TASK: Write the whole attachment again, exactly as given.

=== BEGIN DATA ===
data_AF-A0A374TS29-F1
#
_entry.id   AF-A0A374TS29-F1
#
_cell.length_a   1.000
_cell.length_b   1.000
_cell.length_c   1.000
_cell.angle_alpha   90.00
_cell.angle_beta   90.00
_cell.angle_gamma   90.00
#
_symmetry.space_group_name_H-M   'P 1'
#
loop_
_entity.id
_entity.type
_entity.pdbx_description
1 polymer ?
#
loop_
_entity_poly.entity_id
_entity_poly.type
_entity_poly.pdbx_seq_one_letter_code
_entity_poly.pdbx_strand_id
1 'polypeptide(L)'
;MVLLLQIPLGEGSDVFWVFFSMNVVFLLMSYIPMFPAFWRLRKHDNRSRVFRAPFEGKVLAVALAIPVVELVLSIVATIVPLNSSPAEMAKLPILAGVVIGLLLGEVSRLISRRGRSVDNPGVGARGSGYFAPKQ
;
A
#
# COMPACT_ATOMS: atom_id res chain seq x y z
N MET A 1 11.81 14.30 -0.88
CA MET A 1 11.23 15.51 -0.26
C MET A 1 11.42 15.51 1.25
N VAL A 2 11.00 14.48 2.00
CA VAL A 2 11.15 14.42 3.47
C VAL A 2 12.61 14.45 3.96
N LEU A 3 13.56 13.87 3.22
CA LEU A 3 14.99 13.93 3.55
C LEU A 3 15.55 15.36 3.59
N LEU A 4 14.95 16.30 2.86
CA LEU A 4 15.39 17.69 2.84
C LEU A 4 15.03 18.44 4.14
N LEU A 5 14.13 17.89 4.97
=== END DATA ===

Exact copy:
data_AF-A0A374TS29-F1
#
_entry.id   AF-A0A374TS29-F1
#
_cell.length_a   1.000
_cell.length_b   1.000
_cell.length_c   1.000
_cell.angle_alpha   90.00
_cell.angle_beta   90.00
_cell.angle_gamma   90.00
#
_symmetry.space_group_name_H-M   'P 1'
#
loop_
_entity.id
_entity.type
_entity.pdbx_description
1 polymer ?
#
loop_
_entity_poly.entity_id
_entity_poly.type
_entity_poly.pdbx_seq_one_letter_code
_entity_poly.pdbx_strand_id
1 'polypeptide(L)'
;MVLLLQIPLGEGSDVFWVFFSMNVVFLLMSYIPMFPAFWRLRKHDNRSRVFRAPFEGKVLAVALAIPVVELVLSIVATIVPLNSSPAEMAKLPILAGVVIGLLLGEVSRLISRRGRSVDNPGVGARGSGYFAPKQ
;
A
#
# COMPACT_ATOMS: atom_id res chain seq x y z
N MET A 1 11.81 14.30 -0.88
CA MET A 1 11.23 15.51 -0.26
C MET A 1 11.42 15.51 1.25
N VAL A 2 11.00 14.48 2.00
CA VAL A 2 11.15 14.42 3.47
C VAL A 2 12.61 14.45 3.96
N LEU A 3 13.56 13.87 3.22
CA LEU A 3 14.99 13.93 3.55
C LEU A 3 15.55 15.36 3.59
N LEU A 4 14.95 16.30 2.86
CA LEU A 4 15.39 17.69 2.84
C LEU A 4 15.03 18.44 4.14
N LEU A 5 14.13 17.89 4.97